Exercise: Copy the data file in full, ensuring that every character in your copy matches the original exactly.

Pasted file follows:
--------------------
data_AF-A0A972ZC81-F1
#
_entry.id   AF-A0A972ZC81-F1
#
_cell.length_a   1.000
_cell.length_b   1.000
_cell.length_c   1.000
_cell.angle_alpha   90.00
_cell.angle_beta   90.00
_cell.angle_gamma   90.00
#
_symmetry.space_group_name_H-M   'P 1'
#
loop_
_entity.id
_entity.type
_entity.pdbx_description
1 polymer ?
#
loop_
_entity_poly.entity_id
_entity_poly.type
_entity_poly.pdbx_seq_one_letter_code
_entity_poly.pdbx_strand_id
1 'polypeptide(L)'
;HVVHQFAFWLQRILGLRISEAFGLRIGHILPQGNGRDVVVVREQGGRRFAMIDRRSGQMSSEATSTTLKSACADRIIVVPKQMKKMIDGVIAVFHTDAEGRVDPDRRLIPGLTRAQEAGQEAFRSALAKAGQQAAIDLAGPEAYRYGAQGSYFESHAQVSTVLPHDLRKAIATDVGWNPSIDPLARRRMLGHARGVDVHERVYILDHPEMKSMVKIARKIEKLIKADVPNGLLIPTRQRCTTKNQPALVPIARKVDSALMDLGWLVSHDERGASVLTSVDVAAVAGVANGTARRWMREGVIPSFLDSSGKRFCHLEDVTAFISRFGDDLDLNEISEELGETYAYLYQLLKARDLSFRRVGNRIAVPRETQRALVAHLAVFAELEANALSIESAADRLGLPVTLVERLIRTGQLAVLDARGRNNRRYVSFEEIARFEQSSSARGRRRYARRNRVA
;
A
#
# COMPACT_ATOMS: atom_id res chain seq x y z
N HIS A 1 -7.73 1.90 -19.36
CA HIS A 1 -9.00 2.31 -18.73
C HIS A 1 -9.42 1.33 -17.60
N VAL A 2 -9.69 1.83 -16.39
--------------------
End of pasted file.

data_AF-A0A972ZC81-F1
#
_entry.id   AF-A0A972ZC81-F1
#
_cell.length_a   1.000
_cell.length_b   1.000
_cell.length_c   1.000
_cell.angle_alpha   90.00
_cell.angle_beta   90.00
_cell.angle_gamma   90.00
#
_symmetry.space_group_name_H-M   'P 1'
#
loop_
_entity.id
_entity.type
_entity.pdbx_description
1 polymer ?
#
loop_
_entity_poly.entity_id
_entity_poly.type
_entity_poly.pdbx_seq_one_letter_code
_entity_poly.pdbx_strand_id
1 'polypeptide(L)'
;HVVHQFAFWLQRILGLRISEAFGLRIGHILPQGNGRDVVVVREQGGRRFAMIDRRSGQMSSEATSTTLKSACADRIIVVPKQMKKMIDGVIAVFHTDAEGRVDPDRRLIPGLTRAQEAGQEAFRSALAKAGQQAAIDLAGPEAYRYGAQGSYFESHAQVSTVLPHDLRKAIATDVGWNPSIDPLARRRMLGHARGVDVHERVYILDHPEMKSMVKIARKIEKLIKADVPNGLLIPTRQRCTTKNQPALVPIARKVDSALMDLGWLVSHDERGASVLTSVDVAAVAGVANGTARRWMREGVIPSFLDSSGKRFCHLEDVTAFISRFGDDLDLNEISEELGETYAYLYQLLKARDLSFRRVGNRIAVPRETQRALVAHLAVFAELEANALSIESAADRLGLPVTLVERLIRTGQLAVLDARGRNNRRYVSFEEIARFEQSSSARGRRRYARRNRVA
;
A
#
# COMPACT_ATOMS: atom_id res chain seq x y z
N HIS A 1 -7.73 1.90 -19.36
CA HIS A 1 -9.00 2.31 -18.73
C HIS A 1 -9.42 1.33 -17.60
N VAL A 2 -9.69 1.83 -16.39